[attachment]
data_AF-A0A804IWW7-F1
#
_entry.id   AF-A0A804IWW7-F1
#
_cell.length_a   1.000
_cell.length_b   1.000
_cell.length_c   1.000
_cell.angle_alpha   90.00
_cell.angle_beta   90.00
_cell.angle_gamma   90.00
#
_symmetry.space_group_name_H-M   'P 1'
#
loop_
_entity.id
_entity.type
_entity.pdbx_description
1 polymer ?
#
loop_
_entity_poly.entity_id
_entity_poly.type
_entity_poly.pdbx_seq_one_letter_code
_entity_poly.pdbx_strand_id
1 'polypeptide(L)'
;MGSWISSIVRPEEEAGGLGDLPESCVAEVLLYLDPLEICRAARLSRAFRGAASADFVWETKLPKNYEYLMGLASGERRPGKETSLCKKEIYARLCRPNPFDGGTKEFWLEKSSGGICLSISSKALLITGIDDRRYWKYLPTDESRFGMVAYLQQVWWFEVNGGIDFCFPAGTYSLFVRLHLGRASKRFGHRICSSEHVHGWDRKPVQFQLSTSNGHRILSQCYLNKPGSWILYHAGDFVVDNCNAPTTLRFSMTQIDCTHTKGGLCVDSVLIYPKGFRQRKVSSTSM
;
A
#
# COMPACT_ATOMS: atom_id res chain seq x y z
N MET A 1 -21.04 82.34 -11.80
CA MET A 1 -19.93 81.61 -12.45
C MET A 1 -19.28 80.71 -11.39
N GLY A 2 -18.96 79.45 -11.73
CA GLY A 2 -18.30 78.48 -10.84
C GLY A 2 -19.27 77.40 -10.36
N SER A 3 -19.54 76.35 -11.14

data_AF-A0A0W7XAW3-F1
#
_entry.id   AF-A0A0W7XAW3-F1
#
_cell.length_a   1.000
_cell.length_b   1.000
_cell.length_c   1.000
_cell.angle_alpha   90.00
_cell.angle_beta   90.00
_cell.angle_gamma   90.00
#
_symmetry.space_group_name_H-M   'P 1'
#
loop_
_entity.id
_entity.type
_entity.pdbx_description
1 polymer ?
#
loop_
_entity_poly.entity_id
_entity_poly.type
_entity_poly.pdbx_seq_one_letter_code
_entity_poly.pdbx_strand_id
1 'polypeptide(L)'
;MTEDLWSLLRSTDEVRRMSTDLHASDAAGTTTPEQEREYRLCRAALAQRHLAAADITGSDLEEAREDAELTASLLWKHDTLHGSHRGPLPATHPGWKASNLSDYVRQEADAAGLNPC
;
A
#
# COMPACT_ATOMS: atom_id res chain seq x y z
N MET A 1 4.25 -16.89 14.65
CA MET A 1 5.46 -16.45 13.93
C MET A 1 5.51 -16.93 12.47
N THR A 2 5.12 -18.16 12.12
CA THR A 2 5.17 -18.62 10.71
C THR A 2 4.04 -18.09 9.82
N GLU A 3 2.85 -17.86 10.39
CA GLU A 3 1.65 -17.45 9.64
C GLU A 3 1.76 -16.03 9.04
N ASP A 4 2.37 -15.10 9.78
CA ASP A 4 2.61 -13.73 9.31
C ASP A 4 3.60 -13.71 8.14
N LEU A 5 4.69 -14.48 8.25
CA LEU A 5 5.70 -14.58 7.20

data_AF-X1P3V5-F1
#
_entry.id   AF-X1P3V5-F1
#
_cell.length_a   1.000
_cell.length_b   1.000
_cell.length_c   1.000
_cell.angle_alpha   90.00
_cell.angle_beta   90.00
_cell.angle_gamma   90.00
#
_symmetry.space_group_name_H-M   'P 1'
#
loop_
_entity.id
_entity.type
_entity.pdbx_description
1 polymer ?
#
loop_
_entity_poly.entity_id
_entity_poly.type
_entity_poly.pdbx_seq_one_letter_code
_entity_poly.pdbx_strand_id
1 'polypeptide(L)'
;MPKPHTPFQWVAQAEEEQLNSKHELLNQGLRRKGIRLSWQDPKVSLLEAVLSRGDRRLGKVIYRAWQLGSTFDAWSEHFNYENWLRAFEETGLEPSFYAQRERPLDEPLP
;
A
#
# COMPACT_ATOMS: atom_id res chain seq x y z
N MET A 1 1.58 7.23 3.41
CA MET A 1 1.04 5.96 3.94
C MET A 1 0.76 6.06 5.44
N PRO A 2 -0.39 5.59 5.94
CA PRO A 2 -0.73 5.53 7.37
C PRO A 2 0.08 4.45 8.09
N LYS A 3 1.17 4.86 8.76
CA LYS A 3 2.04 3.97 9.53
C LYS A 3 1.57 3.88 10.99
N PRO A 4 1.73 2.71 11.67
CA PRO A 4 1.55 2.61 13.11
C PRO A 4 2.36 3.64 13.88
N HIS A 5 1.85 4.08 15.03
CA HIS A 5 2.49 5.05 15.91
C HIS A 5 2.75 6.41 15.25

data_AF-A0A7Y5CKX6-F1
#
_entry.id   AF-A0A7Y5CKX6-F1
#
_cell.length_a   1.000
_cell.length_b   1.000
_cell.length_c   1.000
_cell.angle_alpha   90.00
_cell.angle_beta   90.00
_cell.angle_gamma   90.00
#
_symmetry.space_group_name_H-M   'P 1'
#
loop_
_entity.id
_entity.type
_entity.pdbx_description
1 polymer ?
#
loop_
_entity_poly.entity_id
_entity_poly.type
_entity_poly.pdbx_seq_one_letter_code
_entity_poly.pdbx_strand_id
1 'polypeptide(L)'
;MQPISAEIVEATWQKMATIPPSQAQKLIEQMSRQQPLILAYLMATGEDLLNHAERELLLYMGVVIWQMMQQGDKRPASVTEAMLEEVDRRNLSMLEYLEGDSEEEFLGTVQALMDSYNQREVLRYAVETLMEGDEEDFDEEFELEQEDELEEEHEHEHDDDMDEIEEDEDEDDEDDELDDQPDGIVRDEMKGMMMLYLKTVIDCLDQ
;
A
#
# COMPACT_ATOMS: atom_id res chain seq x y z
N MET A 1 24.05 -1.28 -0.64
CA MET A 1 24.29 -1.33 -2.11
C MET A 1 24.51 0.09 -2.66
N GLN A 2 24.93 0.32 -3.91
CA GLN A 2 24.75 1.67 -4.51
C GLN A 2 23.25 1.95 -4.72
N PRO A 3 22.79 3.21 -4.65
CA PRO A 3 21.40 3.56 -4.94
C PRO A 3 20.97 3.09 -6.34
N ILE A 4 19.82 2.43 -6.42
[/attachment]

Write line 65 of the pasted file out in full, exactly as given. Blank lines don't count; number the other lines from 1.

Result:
A